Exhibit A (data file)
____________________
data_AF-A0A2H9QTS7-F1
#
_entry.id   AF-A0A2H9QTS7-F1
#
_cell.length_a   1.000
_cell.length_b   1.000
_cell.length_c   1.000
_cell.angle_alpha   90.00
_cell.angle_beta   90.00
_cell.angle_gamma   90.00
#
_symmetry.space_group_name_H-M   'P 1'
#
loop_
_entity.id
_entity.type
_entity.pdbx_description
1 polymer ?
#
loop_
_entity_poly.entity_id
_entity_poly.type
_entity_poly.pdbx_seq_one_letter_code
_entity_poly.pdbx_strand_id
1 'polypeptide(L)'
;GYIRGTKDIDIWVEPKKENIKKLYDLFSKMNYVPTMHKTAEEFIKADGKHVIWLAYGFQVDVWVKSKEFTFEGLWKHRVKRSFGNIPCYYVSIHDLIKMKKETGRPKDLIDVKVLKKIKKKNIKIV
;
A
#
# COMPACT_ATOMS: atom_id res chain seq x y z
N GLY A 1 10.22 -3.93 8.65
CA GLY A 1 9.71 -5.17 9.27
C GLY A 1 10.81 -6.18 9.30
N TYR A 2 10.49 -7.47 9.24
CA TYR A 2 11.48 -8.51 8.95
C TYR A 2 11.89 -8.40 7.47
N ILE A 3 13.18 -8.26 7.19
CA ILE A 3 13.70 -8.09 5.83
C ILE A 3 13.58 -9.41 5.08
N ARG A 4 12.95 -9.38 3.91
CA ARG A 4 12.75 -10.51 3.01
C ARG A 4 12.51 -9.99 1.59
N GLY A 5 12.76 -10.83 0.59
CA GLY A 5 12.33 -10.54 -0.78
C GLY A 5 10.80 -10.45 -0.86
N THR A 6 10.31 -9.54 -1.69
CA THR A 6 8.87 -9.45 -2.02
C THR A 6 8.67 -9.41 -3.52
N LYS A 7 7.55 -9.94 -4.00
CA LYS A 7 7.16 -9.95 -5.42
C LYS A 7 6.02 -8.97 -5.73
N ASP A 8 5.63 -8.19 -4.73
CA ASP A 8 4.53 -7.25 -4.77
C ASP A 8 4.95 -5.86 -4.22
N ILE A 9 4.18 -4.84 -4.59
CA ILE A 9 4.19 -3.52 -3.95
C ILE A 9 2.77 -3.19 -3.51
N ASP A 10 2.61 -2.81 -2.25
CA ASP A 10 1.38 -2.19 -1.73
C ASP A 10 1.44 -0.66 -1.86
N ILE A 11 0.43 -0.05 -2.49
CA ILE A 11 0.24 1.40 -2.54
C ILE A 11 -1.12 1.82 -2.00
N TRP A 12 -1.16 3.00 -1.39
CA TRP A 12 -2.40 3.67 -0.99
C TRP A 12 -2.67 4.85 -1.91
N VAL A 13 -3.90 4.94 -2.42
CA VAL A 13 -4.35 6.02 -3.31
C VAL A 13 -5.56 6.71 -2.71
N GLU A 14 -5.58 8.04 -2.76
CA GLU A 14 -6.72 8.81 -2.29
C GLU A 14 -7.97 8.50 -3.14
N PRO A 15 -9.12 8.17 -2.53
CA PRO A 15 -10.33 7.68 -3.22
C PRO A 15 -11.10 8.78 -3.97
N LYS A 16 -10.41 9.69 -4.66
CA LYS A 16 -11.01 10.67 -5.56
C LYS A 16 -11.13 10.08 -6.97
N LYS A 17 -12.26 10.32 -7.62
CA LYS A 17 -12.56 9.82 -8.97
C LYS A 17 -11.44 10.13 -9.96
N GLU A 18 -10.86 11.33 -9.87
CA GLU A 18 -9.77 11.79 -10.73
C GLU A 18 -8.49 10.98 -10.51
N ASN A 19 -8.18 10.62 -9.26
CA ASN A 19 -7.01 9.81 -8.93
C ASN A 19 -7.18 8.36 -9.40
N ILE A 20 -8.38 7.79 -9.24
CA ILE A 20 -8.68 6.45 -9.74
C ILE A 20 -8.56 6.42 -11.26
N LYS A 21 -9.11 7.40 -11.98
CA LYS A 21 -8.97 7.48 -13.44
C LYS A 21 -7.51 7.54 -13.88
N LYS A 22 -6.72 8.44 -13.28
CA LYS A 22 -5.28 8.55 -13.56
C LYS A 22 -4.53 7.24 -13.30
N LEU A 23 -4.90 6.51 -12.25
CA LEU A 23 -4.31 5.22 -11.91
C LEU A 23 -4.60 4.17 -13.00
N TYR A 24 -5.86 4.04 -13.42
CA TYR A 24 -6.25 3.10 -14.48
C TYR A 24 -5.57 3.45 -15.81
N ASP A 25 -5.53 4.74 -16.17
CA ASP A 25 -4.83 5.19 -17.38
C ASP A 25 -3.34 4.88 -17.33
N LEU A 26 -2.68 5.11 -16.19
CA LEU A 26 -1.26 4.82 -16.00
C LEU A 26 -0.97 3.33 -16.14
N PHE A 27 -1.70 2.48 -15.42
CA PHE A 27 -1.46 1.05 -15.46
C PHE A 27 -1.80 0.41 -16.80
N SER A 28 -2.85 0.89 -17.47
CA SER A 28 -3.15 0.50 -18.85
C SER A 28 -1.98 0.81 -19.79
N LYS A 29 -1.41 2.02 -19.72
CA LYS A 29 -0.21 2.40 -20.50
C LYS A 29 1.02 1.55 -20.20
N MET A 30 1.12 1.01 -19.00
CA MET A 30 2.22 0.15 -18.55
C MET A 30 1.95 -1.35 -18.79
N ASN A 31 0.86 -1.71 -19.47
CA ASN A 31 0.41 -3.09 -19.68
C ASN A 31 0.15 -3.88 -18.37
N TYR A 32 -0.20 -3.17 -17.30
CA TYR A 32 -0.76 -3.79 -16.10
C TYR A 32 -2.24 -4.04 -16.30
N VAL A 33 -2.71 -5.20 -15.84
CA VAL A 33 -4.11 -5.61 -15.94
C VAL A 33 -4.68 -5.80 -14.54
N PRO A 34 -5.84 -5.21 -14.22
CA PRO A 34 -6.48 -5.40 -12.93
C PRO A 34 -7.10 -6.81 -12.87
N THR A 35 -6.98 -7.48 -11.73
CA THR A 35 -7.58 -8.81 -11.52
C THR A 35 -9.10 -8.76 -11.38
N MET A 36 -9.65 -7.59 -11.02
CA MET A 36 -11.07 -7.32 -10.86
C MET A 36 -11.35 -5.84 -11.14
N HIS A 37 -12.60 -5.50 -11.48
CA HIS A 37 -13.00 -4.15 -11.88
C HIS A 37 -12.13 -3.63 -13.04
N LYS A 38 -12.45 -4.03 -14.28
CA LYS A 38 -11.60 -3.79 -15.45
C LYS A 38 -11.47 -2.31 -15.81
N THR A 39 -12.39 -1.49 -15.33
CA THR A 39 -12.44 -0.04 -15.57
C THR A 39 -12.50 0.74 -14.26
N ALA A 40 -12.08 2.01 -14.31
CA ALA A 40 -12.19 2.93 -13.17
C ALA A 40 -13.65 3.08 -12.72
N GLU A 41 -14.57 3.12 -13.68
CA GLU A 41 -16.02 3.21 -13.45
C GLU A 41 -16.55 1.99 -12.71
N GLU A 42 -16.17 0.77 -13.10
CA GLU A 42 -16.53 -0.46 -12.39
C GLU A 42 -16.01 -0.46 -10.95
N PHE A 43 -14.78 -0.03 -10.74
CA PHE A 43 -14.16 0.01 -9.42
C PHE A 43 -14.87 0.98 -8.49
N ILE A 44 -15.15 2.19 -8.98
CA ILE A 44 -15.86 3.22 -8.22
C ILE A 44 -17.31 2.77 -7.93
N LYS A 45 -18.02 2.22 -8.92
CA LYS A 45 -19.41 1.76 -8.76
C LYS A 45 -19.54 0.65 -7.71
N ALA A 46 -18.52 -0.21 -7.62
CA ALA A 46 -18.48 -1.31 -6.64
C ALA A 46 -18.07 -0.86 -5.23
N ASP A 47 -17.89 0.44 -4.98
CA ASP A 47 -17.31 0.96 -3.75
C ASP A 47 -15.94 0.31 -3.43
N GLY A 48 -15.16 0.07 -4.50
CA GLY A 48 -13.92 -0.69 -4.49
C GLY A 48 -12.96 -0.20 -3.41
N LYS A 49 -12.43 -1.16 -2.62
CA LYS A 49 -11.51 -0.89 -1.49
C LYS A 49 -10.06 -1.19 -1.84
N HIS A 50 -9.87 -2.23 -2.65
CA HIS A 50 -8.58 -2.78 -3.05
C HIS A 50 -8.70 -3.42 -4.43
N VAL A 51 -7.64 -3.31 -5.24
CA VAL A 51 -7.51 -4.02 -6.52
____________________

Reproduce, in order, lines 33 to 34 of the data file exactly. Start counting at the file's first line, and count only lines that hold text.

C GLY A 1 10.81 -6.18 9.30
N TYR A 2 10.49 -7.47 9.24